One experiment with wearable computing began in August 2013 at Fidelity Labs, the Boston-based financial services firm’s division for innovation and technology. Fidelity launched an experiment with Google Glass, a wearable computer developed by the tech giant that uses an optical head-mounted display controlled by voice commands and hand gestures to project information. Although Fidelity’s Google Glass app in its current stage is limited to displaying quotes from major indexes after markets close, a video published on the Fidelity Labs website shows the company’s vision for Market Monitor: the capability to access individual brokerage accounts, view market news and information, and obtain stock quotes in real time, on the move.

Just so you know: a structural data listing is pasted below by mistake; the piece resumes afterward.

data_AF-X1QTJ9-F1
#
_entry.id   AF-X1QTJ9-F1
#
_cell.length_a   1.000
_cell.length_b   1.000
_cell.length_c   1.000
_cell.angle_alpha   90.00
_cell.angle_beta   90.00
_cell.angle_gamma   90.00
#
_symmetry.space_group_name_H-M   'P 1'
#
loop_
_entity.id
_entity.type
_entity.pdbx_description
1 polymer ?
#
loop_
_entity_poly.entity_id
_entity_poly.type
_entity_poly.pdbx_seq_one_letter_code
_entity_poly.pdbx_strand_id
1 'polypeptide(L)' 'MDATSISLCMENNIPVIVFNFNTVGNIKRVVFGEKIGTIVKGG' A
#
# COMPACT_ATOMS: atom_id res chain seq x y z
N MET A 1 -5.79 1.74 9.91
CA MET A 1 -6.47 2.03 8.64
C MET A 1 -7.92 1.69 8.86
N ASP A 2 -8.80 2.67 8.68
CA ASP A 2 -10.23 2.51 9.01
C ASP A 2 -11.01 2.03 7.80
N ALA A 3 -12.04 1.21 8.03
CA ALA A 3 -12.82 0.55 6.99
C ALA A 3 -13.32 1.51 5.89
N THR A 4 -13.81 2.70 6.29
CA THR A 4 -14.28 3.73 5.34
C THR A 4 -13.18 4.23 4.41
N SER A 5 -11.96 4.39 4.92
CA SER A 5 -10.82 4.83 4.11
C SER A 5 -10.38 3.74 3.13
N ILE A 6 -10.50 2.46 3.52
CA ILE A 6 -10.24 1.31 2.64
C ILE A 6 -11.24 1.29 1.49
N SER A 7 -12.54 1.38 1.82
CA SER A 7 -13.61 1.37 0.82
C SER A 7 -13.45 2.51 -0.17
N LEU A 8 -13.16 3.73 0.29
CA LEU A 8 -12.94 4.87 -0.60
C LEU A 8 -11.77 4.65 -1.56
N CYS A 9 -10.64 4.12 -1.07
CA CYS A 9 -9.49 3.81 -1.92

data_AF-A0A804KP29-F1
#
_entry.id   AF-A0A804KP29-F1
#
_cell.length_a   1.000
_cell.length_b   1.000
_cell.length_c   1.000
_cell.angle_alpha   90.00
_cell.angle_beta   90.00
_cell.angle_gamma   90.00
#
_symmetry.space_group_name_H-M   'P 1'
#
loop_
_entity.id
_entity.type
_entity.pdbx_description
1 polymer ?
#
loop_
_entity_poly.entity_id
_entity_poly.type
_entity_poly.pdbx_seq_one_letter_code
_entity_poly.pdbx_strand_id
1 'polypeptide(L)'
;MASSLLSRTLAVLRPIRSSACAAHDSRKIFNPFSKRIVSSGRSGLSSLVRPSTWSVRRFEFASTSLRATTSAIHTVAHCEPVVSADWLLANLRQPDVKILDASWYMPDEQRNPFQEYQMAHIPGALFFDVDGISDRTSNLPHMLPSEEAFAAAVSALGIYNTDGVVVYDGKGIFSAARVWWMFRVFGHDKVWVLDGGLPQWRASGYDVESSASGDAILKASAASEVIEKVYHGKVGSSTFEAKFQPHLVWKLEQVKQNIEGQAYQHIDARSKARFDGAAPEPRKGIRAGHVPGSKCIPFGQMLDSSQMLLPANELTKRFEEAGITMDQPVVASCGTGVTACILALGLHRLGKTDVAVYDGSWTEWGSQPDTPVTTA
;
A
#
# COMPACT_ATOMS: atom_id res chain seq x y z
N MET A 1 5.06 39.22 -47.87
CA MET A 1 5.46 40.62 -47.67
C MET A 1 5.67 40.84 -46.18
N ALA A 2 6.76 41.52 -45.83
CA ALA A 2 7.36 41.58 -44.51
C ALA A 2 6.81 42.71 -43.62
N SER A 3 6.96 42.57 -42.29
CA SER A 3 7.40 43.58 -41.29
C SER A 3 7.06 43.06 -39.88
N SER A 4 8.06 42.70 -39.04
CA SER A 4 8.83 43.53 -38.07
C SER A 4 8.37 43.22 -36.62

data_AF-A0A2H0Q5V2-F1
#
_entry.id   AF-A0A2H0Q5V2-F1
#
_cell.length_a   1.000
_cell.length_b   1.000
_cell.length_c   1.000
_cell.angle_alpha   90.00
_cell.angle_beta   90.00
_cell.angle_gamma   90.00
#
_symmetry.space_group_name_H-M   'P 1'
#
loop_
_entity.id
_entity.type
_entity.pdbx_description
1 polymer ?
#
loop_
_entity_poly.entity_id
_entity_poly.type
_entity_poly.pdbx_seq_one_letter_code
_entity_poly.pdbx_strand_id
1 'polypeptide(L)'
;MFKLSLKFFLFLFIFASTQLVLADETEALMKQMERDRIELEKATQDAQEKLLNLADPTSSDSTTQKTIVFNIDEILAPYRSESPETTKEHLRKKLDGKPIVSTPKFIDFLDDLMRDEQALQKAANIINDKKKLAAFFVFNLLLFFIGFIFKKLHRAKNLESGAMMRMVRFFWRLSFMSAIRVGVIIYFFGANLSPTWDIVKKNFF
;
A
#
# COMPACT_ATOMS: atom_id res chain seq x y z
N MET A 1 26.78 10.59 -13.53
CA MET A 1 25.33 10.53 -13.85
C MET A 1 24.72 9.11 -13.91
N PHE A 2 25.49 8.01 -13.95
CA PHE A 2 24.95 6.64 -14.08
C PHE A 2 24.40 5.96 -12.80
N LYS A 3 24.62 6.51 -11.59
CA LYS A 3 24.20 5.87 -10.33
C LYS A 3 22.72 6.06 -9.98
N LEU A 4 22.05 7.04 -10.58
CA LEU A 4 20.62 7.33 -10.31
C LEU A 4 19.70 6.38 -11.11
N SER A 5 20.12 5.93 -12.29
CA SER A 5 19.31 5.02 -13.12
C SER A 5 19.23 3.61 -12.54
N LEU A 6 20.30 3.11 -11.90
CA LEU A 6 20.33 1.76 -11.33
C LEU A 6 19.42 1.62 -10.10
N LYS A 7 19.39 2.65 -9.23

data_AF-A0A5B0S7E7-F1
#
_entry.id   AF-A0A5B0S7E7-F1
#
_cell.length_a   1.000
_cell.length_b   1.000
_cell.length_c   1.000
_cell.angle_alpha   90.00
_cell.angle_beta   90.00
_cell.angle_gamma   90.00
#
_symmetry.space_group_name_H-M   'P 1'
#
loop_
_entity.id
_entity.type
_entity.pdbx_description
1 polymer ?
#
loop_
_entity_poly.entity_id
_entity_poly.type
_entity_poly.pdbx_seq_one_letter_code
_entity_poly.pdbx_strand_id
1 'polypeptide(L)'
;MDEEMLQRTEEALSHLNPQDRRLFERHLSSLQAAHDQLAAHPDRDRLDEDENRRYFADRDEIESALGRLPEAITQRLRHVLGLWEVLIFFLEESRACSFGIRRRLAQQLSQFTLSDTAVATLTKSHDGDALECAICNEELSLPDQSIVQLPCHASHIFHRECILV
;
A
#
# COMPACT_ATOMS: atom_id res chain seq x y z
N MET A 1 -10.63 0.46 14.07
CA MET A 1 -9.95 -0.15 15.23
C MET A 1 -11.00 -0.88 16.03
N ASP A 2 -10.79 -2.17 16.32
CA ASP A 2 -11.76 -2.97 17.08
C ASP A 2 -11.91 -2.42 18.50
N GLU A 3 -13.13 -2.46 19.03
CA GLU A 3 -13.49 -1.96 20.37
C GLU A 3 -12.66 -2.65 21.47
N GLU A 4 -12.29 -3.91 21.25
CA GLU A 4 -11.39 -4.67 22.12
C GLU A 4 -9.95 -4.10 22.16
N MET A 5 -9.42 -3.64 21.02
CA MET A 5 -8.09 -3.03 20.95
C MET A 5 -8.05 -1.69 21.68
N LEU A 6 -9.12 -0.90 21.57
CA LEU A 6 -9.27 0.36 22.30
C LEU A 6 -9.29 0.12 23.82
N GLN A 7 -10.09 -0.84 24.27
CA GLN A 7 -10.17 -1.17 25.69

Accessibility of portfolio information on the go is merely the first dimension that wearable computing unlocks. Long restricted to military pilots and drop-down helmet visors filled with lime-green target boxes, wearable computing devices such as Google Glass might soon allow civilian users to scan their surroundings and identify targets — investment targets, that is.

Wearable head-up display systems will in the near future bring fundamental investment research into the physical world. Imagine glancing with a pair of smart glasses at a bar code or logo printed upon any of the myriad consumer products that you encounter and evaluate in the course of a normal day and instantly seeing in the corner of your eye a stock quote, price-earnings ratio and price history for the company that manufactures it.